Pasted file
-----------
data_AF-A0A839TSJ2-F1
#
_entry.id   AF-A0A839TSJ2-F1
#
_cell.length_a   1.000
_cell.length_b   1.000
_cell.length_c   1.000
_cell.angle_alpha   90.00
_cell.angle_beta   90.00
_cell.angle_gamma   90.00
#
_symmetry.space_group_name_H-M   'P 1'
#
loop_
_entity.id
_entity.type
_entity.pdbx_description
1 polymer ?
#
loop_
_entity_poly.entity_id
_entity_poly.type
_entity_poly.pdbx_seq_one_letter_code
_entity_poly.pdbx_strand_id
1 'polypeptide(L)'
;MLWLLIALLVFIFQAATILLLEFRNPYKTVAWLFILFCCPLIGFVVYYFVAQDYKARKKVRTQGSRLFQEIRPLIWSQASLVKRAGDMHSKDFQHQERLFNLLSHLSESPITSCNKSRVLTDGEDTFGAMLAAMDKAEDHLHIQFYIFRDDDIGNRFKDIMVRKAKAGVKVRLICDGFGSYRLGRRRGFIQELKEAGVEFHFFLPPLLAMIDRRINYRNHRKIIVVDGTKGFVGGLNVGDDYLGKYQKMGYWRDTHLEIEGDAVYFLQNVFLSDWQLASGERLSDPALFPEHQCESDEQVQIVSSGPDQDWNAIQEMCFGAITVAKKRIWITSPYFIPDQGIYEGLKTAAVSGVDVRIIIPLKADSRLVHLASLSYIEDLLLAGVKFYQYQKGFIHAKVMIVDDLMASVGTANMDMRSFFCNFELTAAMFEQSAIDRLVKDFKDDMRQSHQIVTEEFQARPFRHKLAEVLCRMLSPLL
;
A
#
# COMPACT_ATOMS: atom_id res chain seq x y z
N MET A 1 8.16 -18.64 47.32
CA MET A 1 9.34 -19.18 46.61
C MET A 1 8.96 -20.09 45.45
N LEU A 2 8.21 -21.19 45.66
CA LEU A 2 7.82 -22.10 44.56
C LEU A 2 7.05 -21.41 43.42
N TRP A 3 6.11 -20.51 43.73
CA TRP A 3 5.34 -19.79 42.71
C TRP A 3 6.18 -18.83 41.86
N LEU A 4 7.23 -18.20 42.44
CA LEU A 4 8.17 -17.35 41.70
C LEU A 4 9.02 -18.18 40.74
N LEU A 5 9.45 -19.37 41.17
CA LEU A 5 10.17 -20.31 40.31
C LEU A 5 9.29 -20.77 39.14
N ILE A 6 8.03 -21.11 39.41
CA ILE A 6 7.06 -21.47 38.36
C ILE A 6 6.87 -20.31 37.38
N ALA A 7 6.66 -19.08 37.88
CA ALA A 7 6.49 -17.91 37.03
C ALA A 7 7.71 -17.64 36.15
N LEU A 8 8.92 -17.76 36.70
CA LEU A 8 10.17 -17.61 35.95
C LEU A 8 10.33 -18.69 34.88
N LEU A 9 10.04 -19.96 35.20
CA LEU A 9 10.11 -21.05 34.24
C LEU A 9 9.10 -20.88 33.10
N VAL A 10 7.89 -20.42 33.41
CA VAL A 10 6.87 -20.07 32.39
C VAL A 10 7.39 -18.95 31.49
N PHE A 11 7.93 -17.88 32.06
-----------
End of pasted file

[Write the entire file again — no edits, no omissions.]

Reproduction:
data_AF-A0A839TSJ2-F1
#
_entry.id   AF-A0A839TSJ2-F1
#
_cell.length_a   1.000
_cell.length_b   1.000
_cell.length_c   1.000
_cell.angle_alpha   90.00
_cell.angle_beta   90.00
_cell.angle_gamma   90.00
#
_symmetry.space_group_name_H-M   'P 1'
#
loop_
_entity.id
_entity.type
_entity.pdbx_description
1 polymer ?
#
loop_
_entity_poly.entity_id
_entity_poly.type
_entity_poly.pdbx_seq_one_letter_code
_entity_poly.pdbx_strand_id
1 'polypeptide(L)'
;MLWLLIALLVFIFQAATILLLEFRNPYKTVAWLFILFCCPLIGFVVYYFVAQDYKARKKVRTQGSRLFQEIRPLIWSQASLVKRAGDMHSKDFQHQERLFNLLSHLSESPITSCNKSRVLTDGEDTFGAMLAAMDKAEDHLHIQFYIFRDDDIGNRFKDIMVRKAKAGVKVRLICDGFGSYRLGRRRGFIQELKEAGVEFHFFLPPLLAMIDRRINYRNHRKIIVVDGTKGFVGGLNVGDDYLGKYQKMGYWRDTHLEIEGDAVYFLQNVFLSDWQLASGERLSDPALFPEHQCESDEQVQIVSSGPDQDWNAIQEMCFGAITVAKKRIWITSPYFIPDQGIYEGLKTAAVSGVDVRIIIPLKADSRLVHLASLSYIEDLLLAGVKFYQYQKGFIHAKVMIVDDLMASVGTANMDMRSFFCNFELTAAMFEQSAIDRLVKDFKDDMRQSHQIVTEEFQARPFRHKLAEVLCRMLSPLL
;
A
#
# COMPACT_ATOMS: atom_id res chain seq x y z
N MET A 1 8.16 -18.64 47.32
CA MET A 1 9.34 -19.18 46.61
C MET A 1 8.96 -20.09 45.45
N LEU A 2 8.21 -21.19 45.66
CA LEU A 2 7.82 -22.10 44.56
C LEU A 2 7.05 -21.41 43.42
N TRP A 3 6.11 -20.51 43.73
CA TRP A 3 5.34 -19.79 42.71
C TRP A 3 6.18 -18.83 41.86
N LEU A 4 7.23 -18.20 42.44
CA LEU A 4 8.17 -17.35 41.70
C LEU A 4 9.02 -18.18 40.74
N LEU A 5 9.45 -19.37 41.17
CA LEU A 5 10.17 -20.31 40.31
C LEU A 5 9.29 -20.77 39.14
N ILE A 6 8.03 -21.11 39.41
CA ILE A 6 7.06 -21.47 38.36
C ILE A 6 6.87 -20.31 37.38
N ALA A 7 6.66 -19.08 37.88
CA ALA A 7 6.49 -17.91 37.03
C ALA A 7 7.71 -17.64 36.15
N LEU A 8 8.92 -17.76 36.70
CA LEU A 8 10.17 -17.61 35.95
C LEU A 8 10.33 -18.69 34.88
N LEU A 9 10.04 -19.96 35.20
CA LEU A 9 10.11 -21.05 34.24
C LEU A 9 9.10 -20.88 33.10
N VAL A 10 7.89 -20.42 33.41
CA VAL A 10 6.87 -20.07 32.39
C VAL A 10 7.39 -18.95 31.49
N PHE A 11 7.93 -17.88 32.06